I am working with Celia Kellett at BBC Radio Nottingham on an idea to present most of the books of the Bible, one a week, during 2011 as part of the celebrations of the King James Bible. The plan is to read some verses from the book, to give a one-and-a-half minute summary, to hear a human interest story which relates, and then include a short discussion making the connections.
Verses: Ruth 1.1–2, 11, 16–17
In the days when the judges ruled, there was a famine in the land. So a man from Bethlehem in Judah, together with his wife and two sons, went to live for a while in the country of Moab.
When the woman Naomi heard in Moab that the LORD had come to the aid of his people by providing food for them, she and her daughters-in-law prepared to return home from there. Naomi said, “Return home, my daughters. Why would you come with me?”
But Ruth replied, “Don’t urge me to leave you or to turn back from you. Where you go I will go, and where you stay I will stay. Your people will be my people and your God my God. Where you die I will die, and there I will be buried. May the LORD deal with me, be it ever so severely, if even death separates you and me.”
Tucked away in the history books of the Old Testament is a delightful love story. It starts with a man, Elimilek and his wife Naomi leaving Israel with their two sons in a time of famine to find food in a neighbouring country. The sons’ names mean ‘Weak’ and ‘Sickly,’ which isn’t too promising, and sure enough, all the men die.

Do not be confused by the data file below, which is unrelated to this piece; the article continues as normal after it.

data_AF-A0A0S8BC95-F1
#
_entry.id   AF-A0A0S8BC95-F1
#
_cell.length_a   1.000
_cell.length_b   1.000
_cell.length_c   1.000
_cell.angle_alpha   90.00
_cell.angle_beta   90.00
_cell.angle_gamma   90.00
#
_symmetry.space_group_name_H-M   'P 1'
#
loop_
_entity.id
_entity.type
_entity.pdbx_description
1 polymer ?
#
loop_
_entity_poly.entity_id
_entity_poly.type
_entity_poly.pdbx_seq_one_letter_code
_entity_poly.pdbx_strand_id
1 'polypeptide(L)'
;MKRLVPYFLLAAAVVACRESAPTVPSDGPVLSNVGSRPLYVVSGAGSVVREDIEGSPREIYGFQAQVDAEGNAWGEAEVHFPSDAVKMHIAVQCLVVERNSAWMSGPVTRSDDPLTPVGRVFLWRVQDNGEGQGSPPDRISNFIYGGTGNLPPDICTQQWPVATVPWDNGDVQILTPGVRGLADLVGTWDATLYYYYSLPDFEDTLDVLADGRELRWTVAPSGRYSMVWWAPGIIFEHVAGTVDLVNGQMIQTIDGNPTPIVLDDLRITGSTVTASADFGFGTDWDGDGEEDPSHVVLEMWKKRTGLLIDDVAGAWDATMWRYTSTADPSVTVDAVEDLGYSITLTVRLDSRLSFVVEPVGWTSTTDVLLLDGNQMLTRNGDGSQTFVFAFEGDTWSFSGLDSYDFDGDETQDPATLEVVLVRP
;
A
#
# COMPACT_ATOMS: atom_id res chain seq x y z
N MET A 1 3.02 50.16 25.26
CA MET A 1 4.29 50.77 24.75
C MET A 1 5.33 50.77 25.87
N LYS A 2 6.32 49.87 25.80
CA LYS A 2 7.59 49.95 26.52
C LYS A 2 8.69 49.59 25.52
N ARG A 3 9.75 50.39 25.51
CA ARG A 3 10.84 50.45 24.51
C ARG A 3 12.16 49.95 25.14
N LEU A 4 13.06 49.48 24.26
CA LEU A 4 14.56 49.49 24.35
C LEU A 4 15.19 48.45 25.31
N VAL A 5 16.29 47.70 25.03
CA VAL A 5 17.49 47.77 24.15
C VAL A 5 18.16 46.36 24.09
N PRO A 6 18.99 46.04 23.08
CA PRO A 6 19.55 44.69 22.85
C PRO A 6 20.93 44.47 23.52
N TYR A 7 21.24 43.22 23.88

Naomi returns to her homeland, and urges the foreign women her sons have married to stay in their native country. But one of them, Ruth, refuses; out of loyalty to her mother-in-law she heads to what for her is a strange land. As single women, Ruth and Naomi are very vulnerable, until they meet Boaz, a wealthy older man. Boaz takes a liking to Ruth, and provides for them both by letting Ruth gather the grain in his fields left from the harvest. When an unscrupulous relative tries to grab the land that is due to them as their family inheritance, Boaz steps in, buys the land, and, in line with ancient law, takes Ruth as his wife.
But this is much more than a love story. Against the backdrop of the lawless times, when ‘everyone did what was right in his own eyes’, Boaz shines out as an example of honour. The story was most likely written down much later, when the nation was in fierce debate about issues of racial purity. Boaz the Jew marries Ruth the foreigner, and, the story tells us, they become great grandparents of the mighty king David. True love, God’s love, transcends even barriers of race and culture.